Following in the footsteps of his physician father, Carruthers went on to attend medical school at the University of Ottawa. About 15 years into his practice as a doctor, however, he increasingly began to take on executive responsibilities and earned an Executive MBA from Concordia University.
As chief of staff at The Ottawa Hospital, he joined the hospital’s board, as well as The Ottawa Hospital Foundation board. Over the years, he also served on several other boards, including the Ottawa Heart Institute, the Ontario Hospital Association and Ottawa’s Ashbury College, which he chaired.
The first board Carruthers joined at about age 40 was at the Ottawa Flying Club, a position that gave him an even wider perspective than the view he had from the pilot’s seat when he flew.
“I liked being at the decision-making table and being able to look at the whole system,” he says about the board experience.
“You meet and have an opportunity to work with some fascinating, interesting, talented people who want to make a difference.”
Carruthers was asked to consider joining the Carleton board by current member and past chair Tony Tattersfield.
“I said yes because I was interested in boards, but also because I felt that my career has been successful because of Carleton,” he says. “I owe a lot to Carleton. It was the first building block of a very successful career. If it wasn’t for Carleton, things would not have happened for me the way they did.
“For somebody with a full-time job, doing this is not easy,” continues Carruthers. “I have the time, and I was looking for something to do. I can’t just go play golf every day.”
Carleton’s Board of Governors is one of two governing bodies at the university, a structure established by the province’s Carleton University Act. The Senate is responsible for academic matters, such as maintaining and modifying curricula and long-range academic planning, while the board is involved with selection and oversight of the president, the annual operating and capital budget, human resources, and the overarching Strategic Integrated Plan.
The board has 32 members, including the chancellor and president (who are ex officio), four students, two members of the administrative staff, two members of the Senate, two members of the academic staff, two alumni, and 18 members from the community at large.
These community members are crucial. Pillars of Ottawa’s government, business and non-profit sectors, they enhance the university’s relationships with the city, region and country.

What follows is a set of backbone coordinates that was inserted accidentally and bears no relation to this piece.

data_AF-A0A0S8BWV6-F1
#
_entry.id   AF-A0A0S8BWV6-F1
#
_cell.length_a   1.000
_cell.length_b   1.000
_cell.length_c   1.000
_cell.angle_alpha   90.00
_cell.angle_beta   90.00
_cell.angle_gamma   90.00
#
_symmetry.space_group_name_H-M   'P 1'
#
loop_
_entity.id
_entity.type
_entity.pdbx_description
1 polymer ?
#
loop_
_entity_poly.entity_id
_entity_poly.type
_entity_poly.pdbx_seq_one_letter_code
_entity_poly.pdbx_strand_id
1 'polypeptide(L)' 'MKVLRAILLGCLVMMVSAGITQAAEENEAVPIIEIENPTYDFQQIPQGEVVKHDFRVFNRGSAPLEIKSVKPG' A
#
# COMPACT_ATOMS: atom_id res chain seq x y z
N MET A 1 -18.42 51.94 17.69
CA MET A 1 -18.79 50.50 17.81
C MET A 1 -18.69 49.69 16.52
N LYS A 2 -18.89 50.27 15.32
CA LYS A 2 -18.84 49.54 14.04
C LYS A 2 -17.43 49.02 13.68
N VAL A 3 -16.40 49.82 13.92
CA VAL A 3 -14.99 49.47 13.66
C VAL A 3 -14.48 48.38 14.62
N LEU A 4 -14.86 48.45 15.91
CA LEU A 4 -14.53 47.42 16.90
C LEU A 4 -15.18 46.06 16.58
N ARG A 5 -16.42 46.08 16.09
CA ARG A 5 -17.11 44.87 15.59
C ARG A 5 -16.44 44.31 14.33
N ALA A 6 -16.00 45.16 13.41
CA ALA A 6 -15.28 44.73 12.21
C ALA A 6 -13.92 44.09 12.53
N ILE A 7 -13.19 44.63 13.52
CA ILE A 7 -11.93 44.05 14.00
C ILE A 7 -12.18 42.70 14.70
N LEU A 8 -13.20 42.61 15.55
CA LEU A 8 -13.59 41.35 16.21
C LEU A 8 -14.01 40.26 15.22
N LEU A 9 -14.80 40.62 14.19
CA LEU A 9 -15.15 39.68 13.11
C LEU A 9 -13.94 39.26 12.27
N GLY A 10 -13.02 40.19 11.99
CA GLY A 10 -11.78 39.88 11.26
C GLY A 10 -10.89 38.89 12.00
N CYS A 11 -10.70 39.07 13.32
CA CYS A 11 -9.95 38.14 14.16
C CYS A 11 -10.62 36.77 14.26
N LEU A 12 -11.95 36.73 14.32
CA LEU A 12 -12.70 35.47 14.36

The alumni members also play a major role, and help ensure that the views of the university’s roughly 130,000 graduates are considered.
To help execute its duties, the board has seven committees — Executive, Audit, Finance, Community Relations and Advancement, Building, Governance, and Nominating — with a member of the university administration serving as the executive officer for each committee.
Beyond support for the Health Sciences Building and program, other priorities for the board in the year ahead include deliberations over whether to proceed with a new building for the Sprott School of Business, the celebratory events marking Carleton’s 75th anniversary in 2017, and a pair of challenging issues: the university’s work to develop a new stand-alone sexual assault policy as required by provincial legislation, and the cost of education, with the province considering a new funding formula.
“I suspect these will be challenges going forward,” says Carruthers.
“We will see how tightly the provincial government holds the reins.”
One way to help adapt to a changing environment, he says, is for the board to be as communicative as possible with all of its constituents, from faculty, students and staff to alumni and external groups. “This means we really need to listen to and engage with every board member, and everybody in Carleton’s collection of communities.”
The board’s mentoring program, which pairs up returning and new members, helps to ensure that this collaborative spirit will become even stronger despite the rate of turnover among some board members with short-term appointments and the significant volunteer time commitment required.
“I’ve learned a lot about Carleton over the past few years,” says Carruthers, “and one thing that stands out is that people love being associated with this university. All of the board members have their own interests, but we all want to do what’s best for Carleton.”